The author of the Lydia Chin-Bill Smith mysteries follows up her ambitious 9/11 novel (Absent Friends, 2004) with an equally wide-ranging anatomy of construction skullduggery.
Nurse’s aide Harriet Winston, killed by falling bricks as she’s walking past the Mott Haven construction site in the Bronx, is the third victim of an accident at the blighted project. Are the accidents compelling evidence of Mott Haven contractor Walter Glybenhall’s unfitness to take on the gigantic Harlem project he’s angling for, or are they really sabotage planned by his enemies, as Glybenhall insists? As Mayor Charlie Barr tussles with Manhattan Borough President Edgar Westermann and Harlem community leader Ford Corrington, Glybenhall’s principal rival for the new project, the casualties begin to mount. A gangbanger is tossed off a roof at Mott Haven. The guy who tossed him is gunned down. And death waits for a young woman who overhears the wrong phone call. It sounds like a job for the Buildings Department’s internal inspectors, who investigate charges of corruption involving Buildings Department personnel. But star inspector Joe Cole has only recently finished serving three years in prison after perjured testimony implicated him in an earlier death he’d been probing. Now Joe’s old girlfriend, wealthy inspector Ann Montgomery, is so intent on nailing Glybenhall, who years ago seduced her mother and menaced her, that she fails to read the same signs. Soon after she’s enticed into throwing all her weight into accusations against Glybenhall, she realizes she’s been set up too—just in time to get frozen out of the case and the department. The story is familiar, but Rozan embeds it in social fabric so dense and so convincing that everyone in the Big Apple, from power-hungry politicos to money-hungry developers to survival-hungry street kids, comes alive.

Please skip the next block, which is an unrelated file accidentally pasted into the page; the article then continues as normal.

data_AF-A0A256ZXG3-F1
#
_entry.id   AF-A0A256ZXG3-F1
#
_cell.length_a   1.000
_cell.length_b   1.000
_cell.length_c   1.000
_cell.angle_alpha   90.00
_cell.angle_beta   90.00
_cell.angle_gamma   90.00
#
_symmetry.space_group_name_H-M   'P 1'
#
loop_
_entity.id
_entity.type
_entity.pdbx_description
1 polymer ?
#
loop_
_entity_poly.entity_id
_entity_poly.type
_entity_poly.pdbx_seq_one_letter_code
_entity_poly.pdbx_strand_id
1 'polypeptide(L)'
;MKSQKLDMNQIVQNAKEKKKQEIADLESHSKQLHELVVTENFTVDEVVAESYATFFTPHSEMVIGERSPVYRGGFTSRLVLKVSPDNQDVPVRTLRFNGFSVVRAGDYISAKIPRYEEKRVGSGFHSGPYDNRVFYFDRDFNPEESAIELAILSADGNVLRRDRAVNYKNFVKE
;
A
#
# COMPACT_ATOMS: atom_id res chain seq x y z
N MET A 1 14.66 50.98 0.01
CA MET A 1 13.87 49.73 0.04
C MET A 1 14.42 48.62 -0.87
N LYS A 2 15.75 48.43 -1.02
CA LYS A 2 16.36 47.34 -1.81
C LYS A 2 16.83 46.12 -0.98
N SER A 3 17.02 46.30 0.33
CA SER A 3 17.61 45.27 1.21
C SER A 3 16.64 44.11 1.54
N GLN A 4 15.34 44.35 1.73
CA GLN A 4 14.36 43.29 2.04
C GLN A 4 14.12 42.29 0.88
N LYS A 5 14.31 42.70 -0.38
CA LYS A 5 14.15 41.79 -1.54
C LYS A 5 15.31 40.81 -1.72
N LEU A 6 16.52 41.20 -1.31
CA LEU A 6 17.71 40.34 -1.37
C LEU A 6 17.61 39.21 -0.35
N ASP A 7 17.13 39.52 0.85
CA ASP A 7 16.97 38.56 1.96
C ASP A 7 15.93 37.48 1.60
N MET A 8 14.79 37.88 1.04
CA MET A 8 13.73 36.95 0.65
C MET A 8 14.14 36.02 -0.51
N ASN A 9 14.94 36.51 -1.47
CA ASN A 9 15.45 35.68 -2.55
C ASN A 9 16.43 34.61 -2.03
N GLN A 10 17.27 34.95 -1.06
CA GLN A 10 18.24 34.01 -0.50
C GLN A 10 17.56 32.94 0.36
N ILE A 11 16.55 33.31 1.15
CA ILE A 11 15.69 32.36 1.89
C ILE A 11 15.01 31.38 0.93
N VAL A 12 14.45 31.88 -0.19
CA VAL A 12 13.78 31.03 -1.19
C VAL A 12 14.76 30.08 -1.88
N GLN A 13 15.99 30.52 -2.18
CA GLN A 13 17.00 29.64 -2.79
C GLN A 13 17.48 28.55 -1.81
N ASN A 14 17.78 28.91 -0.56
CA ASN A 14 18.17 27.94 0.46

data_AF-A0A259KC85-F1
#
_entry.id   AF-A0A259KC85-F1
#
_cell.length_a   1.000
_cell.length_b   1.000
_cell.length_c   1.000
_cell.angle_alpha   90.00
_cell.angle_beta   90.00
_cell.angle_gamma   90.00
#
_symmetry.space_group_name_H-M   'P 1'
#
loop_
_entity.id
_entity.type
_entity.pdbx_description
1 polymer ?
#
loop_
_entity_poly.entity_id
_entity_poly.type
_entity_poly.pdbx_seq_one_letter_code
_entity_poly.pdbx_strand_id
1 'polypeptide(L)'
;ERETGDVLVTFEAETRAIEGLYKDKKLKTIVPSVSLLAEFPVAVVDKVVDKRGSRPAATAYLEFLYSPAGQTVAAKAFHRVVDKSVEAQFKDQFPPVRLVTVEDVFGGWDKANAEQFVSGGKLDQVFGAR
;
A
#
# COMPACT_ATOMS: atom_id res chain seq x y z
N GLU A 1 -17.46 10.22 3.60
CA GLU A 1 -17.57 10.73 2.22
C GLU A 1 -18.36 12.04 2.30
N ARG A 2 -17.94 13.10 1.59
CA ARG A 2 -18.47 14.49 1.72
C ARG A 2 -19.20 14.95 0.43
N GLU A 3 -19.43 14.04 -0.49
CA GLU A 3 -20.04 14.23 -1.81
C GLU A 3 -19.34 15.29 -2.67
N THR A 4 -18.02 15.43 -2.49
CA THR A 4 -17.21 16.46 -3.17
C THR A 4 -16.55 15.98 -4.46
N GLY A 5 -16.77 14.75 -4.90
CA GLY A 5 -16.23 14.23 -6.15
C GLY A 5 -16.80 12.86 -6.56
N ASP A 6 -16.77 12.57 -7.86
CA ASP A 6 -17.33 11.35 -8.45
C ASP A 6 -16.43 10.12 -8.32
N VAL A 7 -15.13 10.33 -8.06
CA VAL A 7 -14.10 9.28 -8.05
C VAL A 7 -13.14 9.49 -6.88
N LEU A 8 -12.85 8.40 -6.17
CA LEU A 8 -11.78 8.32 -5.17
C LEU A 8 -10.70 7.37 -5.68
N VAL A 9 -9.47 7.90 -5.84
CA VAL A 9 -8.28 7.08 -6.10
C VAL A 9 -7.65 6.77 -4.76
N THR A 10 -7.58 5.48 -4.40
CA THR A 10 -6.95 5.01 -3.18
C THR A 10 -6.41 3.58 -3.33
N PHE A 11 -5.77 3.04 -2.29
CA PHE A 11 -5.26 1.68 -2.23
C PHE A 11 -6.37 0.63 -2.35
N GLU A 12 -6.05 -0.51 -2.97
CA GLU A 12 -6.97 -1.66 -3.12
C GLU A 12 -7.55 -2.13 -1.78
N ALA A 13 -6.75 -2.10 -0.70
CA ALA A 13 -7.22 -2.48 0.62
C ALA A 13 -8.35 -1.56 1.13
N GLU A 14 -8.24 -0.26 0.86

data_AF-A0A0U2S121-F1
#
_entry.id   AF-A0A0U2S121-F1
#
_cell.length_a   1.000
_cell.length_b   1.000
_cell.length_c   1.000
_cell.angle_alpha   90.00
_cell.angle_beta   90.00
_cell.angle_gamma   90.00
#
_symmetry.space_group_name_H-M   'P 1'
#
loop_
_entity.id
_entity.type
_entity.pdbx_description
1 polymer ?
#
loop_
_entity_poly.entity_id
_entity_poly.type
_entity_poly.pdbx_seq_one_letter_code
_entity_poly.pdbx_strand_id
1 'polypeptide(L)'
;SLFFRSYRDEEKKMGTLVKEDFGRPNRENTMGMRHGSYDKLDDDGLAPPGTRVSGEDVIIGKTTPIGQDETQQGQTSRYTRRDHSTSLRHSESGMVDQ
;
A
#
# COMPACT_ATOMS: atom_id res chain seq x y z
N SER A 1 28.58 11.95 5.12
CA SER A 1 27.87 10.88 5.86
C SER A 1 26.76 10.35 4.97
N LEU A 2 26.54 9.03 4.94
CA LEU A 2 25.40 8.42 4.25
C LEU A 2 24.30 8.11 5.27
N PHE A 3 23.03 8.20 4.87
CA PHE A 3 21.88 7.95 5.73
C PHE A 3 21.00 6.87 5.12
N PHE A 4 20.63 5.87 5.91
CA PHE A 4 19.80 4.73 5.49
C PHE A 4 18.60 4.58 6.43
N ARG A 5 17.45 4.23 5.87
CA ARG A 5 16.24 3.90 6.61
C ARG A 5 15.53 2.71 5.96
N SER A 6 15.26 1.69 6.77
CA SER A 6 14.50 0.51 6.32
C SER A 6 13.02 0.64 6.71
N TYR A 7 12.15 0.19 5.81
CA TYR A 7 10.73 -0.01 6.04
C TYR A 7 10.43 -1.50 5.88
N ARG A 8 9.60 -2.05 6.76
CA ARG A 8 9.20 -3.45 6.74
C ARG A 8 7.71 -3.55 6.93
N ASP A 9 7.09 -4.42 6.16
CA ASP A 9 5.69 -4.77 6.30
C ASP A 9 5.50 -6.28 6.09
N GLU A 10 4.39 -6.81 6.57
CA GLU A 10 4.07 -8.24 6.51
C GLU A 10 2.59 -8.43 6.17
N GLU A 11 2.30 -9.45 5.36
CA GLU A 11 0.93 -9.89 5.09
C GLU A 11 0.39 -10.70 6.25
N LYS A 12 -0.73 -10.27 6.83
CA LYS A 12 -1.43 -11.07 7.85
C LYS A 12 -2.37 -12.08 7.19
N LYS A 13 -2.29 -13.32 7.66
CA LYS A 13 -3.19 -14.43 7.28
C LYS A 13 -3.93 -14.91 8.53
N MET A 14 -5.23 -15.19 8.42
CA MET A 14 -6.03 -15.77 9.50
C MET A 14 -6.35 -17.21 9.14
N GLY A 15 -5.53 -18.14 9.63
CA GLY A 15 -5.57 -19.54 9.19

An exuberant celebration of the rainbow city in all its crime-drenched glory.